Contextual effects and cancer outcomes in the United States: a systematic review of characteristics in multilevel analyses

Whitney E. Zahnd, Sara L McLafferty

Research output: Contribution to journalReview articlepeer-review


Purpose There is increasing call for the utilization of multilevel modeling to explore the relationship between place-based contextual effects and cancer outcomes in the United States. To gain a better understanding of how contextual factors are being considered, we performed a systematic review. Methods We reviewed studies published between January 1, 2002 and December 31, 2016 and assessed the following attributes: (1) contextual considerations such as geographic scale and contextual factors used; (2) methods used to quantify contextual factors; and (3) cancer type and outcomes. We searched PubMed, Scopus, and Web of Science and initially identified 1060 studies. One hundred twenty-two studies remained after exclusions. Results Most studies utilized a two-level structure; census tracts were the most commonly used geographic scale. Socioeconomic factors, health care access, racial/ethnic factors, and rural-urban status were the most common contextual factors addressed in multilevel models. Breast and colorectal cancers were the most common cancer types, and screening and staging were the most common outcomes assessed in these studies. Conclusions Opportunities for future research include deriving contextual factors using more rigorous approaches, considering cross-classified structures and cross-level interactions, and using multilevel modeling to explore understudied cancers and outcomes.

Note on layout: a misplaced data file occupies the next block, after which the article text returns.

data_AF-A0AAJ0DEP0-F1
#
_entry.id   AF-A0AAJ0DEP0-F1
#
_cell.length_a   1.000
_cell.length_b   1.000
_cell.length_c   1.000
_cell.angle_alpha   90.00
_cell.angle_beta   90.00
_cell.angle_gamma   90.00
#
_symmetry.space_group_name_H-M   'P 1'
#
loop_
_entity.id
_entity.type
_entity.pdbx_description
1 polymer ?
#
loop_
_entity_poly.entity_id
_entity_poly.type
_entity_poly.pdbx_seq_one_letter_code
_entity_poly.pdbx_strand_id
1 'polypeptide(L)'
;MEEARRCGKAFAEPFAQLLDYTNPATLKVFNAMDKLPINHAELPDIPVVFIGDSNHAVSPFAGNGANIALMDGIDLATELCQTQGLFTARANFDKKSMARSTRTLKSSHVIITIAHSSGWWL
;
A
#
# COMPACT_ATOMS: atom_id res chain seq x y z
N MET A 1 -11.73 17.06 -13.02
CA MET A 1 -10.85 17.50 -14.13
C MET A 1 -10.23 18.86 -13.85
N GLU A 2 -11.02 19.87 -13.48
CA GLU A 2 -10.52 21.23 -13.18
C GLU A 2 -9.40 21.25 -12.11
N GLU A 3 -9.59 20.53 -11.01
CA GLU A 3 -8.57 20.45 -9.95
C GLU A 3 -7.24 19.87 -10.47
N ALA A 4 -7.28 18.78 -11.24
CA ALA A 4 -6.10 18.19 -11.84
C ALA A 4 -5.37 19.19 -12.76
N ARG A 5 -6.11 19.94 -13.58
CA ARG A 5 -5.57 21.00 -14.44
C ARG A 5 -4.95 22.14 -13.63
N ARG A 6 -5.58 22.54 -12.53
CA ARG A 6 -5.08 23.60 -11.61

Original languageEnglish (US)
Pages (from-to)739-748.e3
JournalAnnals of Epidemiology
Issue number11
StatePublished - Nov 2017


  • Cancer
  • Contextual effects
  • Multilevel analysis
  • Social epidemiology
  • Spatial epidemiology
  • USA

ASJC Scopus subject areas

  • Epidemiology


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